No Sanctuary | The American Spectator | USA News and Politics
No Sanctuary
by

Elvira Arellano is back in Mexico, but if history is any indicator, she will soon be strapping on her waders and fording the Rio Grande.

Senorita Arellano, 32, was born in San Miguel Curahuango, Mexico, but since 1997 she has resided illegally in various American cities. While living in Oregon in 1999, Ms. Arellano gave birth to an illegitimate son who, due to a misreading of the 14th Amendment, automatically became a United States citizen. In 2002, amid a post-9/11 sweep, she was arrested at Chicago’s O’Hare Airport for using a fake Social Security number. Released on probation, Ms. Arellano remained in the U.S. another four years before a judge ordered her to report for deportation. Rather than obey the court order, she sought sanctuary in a Methodist church. According to media reports Ms. Arellano only sought refuge in the church “to prevent being separated from her 8-year-old U.S.-born son,” though nothing prevented Ms. Arellano from taking her son home to Mexico. As a single mother, she would not even have to deal with custody rights.

Finally, last week Ms. Arellano was apprehended by immigration officials as she left one of her well-publicized speaking engagements at a Los Angeles church.

The doctrine of sanctuary is a quaint relic from medieval times. Fortunately as a rule of English law the tradition died out in 1623, and was never in evidence in the U.S. Until now. The New Sanctuary Movement is a religious and political network of radical left congregations who claim America’s immigration laws are immoral and — like slavery and Jim Crow laws — should be repealed. There are a dozen such sanctuaries in Los Angeles County alone. Immigration and Naturalization Service officers have been reluctant to enter such temples because of the certain political and public relations backlash, though INS officers presumably would not hesitate to enter a church if the fugitive were also wanted for larceny. This suggests the INS does not consider illegal immigration and violating a court order serious offenses. And if the INS is not willing to enforce the law, there is little point having a law.

FROM THE TIME Senorita Arellano entered the sanctuary of the Chicago Methodist church she became ringmaster of a gaudy media circus. Her illegal status and lack of English did not prevented her from staging frequent press conferences and speaking out on immigration reform and amnesty, nor did her lack of education or professional job experience prevent her from being named president of La Familia Latina Unida (United Latino Family), a group that lobbies for families with anchor babies.

When the majority of Americans remained unmoved by the plight of illegal aliens, Senorita Arellano pulled out her trump card, i.e., her doe-eyed son Saul. Last year the seven-year-old was dispatched to Mexico City to make a maudlin appearance before the Mexican congress where Arellano’s supporters successfully passed a nonbinding — but highly symbolic — resolution calling for legal residency for the parents of anchor babies. In a surprisingly critical passage in an otherwise fawning story, the Chicago Tribune reported that, “For Saul, the trip has at times been too much, Flashbulbs exploded as he entered the Mexican congressional chambers. Saul scurried into another room and hid under a table.” Activists also dragged the boy to Washington, D.C. for a “children’s rally” and he has appeared on numerous TV talk shows. Meanwhile, critics charge that the boy is not old enough to be an immigration rights advocate or activist, and that his mother should be protecting him, and not the other way around. Not to worry, his handlers say, the boy sees a therapist every week.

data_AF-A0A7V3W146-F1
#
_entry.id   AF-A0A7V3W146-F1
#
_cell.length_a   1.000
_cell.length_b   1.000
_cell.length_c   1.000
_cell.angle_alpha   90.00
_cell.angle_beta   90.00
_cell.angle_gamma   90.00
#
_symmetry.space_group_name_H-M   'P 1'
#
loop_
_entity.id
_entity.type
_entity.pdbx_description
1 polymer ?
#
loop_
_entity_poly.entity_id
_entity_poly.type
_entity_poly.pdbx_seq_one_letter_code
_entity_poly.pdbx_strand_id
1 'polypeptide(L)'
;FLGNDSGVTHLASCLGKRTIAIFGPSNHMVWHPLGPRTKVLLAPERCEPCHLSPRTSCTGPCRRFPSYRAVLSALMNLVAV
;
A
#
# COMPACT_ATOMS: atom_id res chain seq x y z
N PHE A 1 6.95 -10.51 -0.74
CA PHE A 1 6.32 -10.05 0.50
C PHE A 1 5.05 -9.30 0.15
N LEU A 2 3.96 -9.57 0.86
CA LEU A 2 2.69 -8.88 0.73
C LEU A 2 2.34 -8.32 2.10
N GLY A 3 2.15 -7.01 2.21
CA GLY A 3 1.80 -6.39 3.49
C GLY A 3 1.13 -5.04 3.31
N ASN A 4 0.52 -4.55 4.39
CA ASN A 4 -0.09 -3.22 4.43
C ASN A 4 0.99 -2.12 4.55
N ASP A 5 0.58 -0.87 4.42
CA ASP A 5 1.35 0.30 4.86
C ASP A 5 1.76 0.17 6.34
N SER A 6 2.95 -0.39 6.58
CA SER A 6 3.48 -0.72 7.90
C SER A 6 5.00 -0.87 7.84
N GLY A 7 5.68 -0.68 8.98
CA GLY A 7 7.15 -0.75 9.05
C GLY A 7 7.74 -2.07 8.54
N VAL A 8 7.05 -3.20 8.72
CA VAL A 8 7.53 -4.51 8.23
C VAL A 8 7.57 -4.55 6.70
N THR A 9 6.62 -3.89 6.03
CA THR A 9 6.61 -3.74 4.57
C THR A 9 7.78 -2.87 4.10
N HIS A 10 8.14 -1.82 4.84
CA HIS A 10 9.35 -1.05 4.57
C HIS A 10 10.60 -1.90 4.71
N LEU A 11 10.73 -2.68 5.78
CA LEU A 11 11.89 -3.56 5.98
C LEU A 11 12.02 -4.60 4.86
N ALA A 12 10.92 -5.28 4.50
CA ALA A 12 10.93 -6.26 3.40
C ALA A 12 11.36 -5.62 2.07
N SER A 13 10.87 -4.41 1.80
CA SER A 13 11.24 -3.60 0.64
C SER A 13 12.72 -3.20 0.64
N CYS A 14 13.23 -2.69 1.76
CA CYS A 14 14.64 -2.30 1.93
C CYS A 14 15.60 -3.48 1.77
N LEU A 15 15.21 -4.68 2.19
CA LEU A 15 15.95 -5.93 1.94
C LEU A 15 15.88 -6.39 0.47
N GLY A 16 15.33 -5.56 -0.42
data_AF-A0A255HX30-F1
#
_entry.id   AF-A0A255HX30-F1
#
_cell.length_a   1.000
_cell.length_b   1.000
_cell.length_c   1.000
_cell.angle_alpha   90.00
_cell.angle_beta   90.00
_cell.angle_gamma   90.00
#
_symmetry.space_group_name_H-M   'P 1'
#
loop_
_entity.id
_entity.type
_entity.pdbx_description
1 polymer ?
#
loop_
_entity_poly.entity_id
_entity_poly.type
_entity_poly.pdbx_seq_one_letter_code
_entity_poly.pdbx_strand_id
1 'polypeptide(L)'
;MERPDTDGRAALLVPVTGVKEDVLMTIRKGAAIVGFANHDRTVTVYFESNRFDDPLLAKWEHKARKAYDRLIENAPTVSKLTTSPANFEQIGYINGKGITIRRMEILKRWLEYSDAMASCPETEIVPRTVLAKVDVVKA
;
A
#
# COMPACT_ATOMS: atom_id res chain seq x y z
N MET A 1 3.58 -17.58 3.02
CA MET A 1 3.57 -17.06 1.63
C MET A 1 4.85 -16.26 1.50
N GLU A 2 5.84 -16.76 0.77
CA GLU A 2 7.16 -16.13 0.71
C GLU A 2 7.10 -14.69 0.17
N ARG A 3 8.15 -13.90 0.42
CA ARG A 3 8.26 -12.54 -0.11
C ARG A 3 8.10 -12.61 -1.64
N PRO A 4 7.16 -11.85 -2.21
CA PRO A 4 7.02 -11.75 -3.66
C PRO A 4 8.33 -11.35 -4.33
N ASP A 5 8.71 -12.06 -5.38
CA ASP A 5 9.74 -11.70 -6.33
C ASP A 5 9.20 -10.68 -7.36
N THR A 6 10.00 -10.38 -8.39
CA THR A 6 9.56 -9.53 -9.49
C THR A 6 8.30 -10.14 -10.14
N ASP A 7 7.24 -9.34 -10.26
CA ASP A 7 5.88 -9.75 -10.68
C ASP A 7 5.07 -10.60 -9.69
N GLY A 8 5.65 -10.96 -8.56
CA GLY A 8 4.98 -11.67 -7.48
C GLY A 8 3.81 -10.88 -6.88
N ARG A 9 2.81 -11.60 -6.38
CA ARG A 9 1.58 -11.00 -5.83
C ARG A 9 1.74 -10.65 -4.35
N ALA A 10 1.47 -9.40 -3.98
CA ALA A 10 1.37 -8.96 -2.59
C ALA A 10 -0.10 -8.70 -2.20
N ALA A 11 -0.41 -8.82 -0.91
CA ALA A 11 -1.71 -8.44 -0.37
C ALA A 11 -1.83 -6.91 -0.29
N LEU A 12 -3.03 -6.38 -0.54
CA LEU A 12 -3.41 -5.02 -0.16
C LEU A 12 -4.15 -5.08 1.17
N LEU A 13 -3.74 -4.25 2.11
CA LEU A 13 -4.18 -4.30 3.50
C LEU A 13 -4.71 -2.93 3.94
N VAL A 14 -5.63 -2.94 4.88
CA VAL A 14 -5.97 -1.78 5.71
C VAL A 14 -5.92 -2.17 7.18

Estimates on the number of anchor babies in the U.S. range from 3.1 million to 4.9 million, and unless Congress acts those numbers will continue to rise. Representatives should begin by revisiting Section 1 of the Fourteenth Amendment to the U.S. Constitution, which states: “All persons born or naturalized in the United States, and subject to the jurisdiction thereof, are citizens of the United States and of the State wherein they reside.” Michelle Malkin notes the phrase “subject to the jurisdiction thereof” was intended to be exclusionary (especially toward American Indians) and certainly was not intended to include children born to tourists and temporary workers.

In fact, many categories of people were excluded from automatic citizenship. When the amendment was introduced, its sponsor Sen. Jacob M. Howard (MI) clearly stated: “This will not, of course, include persons born in the United States who are foreigners, aliens, who belong to the families of ambassadors or foreign ministers accredited to the Government of the United States, but will include every other class of persons.”

Elvira Arellano has decided that her son will remain in Chicago with an immigration activist while she stays — who knows for how long — in Mexico. Chicago is where the television stations and newspapers photographers are. That is where he is needed most.

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